Why Nikki Haley’s 'tough love' at the UN is here to stay (and that's a good thing)

God bless Ambassador Nikki Haley. She left the UN shell-shocked to the end, lobbing bombshells even as she packed up during her last day on call at Turtle Bay. “UNESCO is among the most corrupt and politically biased UN agencies,” she tweeted while waiting to give her final speech as the U.S. representative.

What stunned so many world officials? Quite simply, it was the fact that Haley was so frank about the U.N.’s shortfalls. Even worse from their point of view, she was a textbook conservative voice at the General Assembly.

Haley pushed for the U.S. to dump its support for counterproductive organizations such as the execrable “Human Rights Council,” which she rightly labeled “a cesspool of political bias.” Haley made the case for accountability and fiscal responsibility. And she criticized UN “peacekeeping” missions that did a poor job at keeping the peace, such as the current failure in Lebanon.

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After this week, though, Haley won’t be tweeting from U.N. headquarters anymore. Not only is she leaving the administration, the U.S. government made her give up her Twitter account. Still, odds are, like the Terminator, she’ll be back — a strong conservative voice in American national policy.

Meanwhile, what the U.N. can expect from the next U.S. ambassador is a lot more of the same. This administration is wrongly accused of shunning multi-national and international organizations and institutions.

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German leader Angela Merkel delivered just such a veiled criticism of Trump’s team the other day. Like so many others, Merkel muddles Trump’s rhetoric with his policies. The U.N. is a case in point. The U.S. has used the stage at the UN very effectively, including a powerful defense of popular sovereignty from the president.

The administration has used its vote in the Security Council with authority, including blocking multiple efforts to defame valued U.S. allies. The U.S. championed reform — trying to make the U.N. work better — not abolish the body.

The U.S. sticks around (and ought to continue to stick around), for one simple reason: there is American business there to get done. The world just needs a better, more accountable U.N.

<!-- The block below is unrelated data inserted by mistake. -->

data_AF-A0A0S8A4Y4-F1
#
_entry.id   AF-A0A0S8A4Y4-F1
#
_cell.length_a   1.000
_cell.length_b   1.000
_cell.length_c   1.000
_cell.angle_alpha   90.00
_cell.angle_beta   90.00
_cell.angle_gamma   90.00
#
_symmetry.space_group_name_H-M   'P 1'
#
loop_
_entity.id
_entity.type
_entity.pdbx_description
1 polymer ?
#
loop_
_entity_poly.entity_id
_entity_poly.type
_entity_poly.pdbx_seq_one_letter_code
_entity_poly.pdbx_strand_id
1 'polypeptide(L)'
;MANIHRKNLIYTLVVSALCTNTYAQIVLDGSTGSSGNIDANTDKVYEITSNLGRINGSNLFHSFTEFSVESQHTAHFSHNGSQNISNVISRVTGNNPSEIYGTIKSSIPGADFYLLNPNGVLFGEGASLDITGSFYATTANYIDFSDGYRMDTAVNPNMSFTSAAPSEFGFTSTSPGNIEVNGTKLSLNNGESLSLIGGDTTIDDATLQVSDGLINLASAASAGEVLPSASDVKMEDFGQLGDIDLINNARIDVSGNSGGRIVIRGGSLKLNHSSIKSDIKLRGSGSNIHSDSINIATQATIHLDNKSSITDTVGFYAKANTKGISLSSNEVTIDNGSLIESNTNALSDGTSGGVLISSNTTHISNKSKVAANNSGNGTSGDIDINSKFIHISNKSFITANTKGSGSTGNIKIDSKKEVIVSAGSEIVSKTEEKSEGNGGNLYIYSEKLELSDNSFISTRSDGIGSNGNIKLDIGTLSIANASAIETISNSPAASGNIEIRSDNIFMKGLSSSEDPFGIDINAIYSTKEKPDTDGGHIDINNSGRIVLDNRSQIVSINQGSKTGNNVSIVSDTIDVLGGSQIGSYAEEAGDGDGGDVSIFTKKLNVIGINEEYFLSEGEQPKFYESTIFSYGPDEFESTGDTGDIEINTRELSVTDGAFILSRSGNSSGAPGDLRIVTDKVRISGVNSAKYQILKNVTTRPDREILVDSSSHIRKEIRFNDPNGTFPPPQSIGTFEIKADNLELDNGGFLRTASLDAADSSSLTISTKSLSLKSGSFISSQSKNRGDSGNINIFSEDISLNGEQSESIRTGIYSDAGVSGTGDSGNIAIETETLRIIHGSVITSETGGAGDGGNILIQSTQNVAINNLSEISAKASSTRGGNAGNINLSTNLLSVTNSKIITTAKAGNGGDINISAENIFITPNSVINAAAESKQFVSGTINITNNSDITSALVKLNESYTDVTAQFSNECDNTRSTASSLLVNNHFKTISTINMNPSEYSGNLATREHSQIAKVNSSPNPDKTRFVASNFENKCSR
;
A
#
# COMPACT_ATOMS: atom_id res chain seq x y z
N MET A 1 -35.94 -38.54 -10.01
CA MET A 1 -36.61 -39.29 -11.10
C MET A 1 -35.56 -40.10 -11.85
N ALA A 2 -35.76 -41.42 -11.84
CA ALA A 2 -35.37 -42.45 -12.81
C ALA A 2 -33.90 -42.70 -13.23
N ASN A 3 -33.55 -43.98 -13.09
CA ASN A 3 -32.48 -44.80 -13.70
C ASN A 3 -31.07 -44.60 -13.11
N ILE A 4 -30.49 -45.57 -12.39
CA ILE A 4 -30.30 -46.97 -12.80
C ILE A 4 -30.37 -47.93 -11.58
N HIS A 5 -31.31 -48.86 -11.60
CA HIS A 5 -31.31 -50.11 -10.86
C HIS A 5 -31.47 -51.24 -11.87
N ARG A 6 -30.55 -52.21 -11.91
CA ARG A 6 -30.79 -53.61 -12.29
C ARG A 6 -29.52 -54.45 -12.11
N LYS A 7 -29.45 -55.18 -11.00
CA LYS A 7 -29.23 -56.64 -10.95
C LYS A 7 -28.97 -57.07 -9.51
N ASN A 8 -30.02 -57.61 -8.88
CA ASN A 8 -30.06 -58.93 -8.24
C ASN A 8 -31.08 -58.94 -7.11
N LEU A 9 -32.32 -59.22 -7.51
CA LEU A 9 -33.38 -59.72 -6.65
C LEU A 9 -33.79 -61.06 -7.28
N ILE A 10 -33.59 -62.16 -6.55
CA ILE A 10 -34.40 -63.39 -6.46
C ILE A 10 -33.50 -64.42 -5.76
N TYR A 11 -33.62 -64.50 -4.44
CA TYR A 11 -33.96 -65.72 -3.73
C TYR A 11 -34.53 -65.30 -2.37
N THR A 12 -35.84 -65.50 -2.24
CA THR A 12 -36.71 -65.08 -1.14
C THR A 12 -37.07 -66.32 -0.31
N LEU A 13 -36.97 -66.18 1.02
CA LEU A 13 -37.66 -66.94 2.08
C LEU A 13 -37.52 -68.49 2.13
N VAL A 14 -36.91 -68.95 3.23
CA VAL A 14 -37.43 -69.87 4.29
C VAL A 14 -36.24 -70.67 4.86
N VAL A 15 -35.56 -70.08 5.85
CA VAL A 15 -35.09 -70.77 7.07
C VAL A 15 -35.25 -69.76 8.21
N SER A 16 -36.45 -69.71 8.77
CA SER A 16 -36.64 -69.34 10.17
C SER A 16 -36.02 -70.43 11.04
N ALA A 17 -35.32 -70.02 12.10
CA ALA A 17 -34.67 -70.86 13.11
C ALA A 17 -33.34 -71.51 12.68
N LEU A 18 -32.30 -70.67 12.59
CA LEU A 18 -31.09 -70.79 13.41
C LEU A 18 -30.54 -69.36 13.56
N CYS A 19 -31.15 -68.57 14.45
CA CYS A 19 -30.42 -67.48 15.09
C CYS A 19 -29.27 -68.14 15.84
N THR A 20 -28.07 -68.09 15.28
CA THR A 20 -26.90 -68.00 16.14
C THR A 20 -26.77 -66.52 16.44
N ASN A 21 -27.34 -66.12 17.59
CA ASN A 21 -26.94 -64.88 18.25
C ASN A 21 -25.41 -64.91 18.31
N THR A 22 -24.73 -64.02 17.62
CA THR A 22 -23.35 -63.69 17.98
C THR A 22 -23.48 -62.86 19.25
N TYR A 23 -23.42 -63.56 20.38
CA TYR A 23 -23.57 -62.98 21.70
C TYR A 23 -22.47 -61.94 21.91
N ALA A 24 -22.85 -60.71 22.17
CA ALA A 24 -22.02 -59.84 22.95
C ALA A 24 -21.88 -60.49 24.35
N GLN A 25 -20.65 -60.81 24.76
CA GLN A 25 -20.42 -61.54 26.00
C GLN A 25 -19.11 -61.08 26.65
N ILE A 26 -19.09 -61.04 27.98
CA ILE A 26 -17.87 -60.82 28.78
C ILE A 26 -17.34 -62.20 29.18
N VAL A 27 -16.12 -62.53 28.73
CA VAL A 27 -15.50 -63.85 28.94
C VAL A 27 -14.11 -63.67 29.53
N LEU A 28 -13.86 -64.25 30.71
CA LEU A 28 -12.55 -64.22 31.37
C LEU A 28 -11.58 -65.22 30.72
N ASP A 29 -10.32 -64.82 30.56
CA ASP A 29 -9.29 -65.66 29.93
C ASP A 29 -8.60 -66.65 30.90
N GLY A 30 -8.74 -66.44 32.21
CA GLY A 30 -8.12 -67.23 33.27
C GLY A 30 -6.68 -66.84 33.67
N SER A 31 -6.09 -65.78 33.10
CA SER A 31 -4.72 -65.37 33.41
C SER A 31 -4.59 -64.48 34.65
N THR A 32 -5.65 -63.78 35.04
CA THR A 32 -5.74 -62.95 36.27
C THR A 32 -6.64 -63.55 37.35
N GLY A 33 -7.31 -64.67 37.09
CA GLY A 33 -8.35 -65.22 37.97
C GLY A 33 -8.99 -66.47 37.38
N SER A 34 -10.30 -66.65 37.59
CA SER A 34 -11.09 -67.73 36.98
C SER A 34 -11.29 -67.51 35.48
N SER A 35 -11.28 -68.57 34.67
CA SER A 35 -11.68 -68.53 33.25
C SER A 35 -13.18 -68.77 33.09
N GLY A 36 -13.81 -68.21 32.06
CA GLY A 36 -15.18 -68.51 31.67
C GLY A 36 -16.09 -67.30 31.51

The administration has used its vote in the Security Council with authority, including blocking multiple efforts to defame valued U.S. allies. The U.S. championed reform — trying to make the U.N. work better — not abolish the body.

Rather than the U.S. leaving, the freeloaders, hate-mongers, and globalists at the U.N. ought to worry about getting another dose of tough love from America.

For starters, the U.S. will likely continue to review the mandates of ineffective peacekeeping missions so they can be either reformed or abolished. MINUSMA in Mali is a good example. Currently about 80 percent of the “peacekeepers” are there to protect the peacekeepers — a mission that makes no sense.

Expect the next U.N. ambassador also to press that the tax dollars we give the U.N. are used efficiently and effectively. Right now there is gridlock. Lots of people want to add mandates. Nobody wants to spend more money, unless it’s from us.

As a result, more and more of the budget is stretched to spend on stuff that is simply a waste. Case in point: the UN’s regional economic commissions. There is a commission for every region, even Europe, totaling over half a billion dollars.

That’s right, in the case of Europe, tens of millions are spent every year on the U.N. giving economic advice to some of the world’s most developed economies. That makes about as much sense as the U.N. lecturing the U.S. on poverty — which it did.

And, for sure, expect the next ambassador to continue pressing for more transparency and accountability. The U.N., for example, still woefully lacks adequate whistleblower protections. The case of Anders Kompass is a sobering reminder. Kompass exposed widespread sex abuse in an African peacekeeping mission. His reward was having to resign as a U.N. official.

Who will carry on this work? There is a good case to be made that Heather Nauert, nominated by the president, would make a worthy successor to Haley. Despite some lame attempts to impugn her qualifications, she is more than qualified.

She knows the issues. She knows the administration’s agenda. She is a powerful and effective spokesperson.

There’s only one real objection to her nomination, as far as liberals are concerned: she will be carrying on policies that are not only right—they’re working.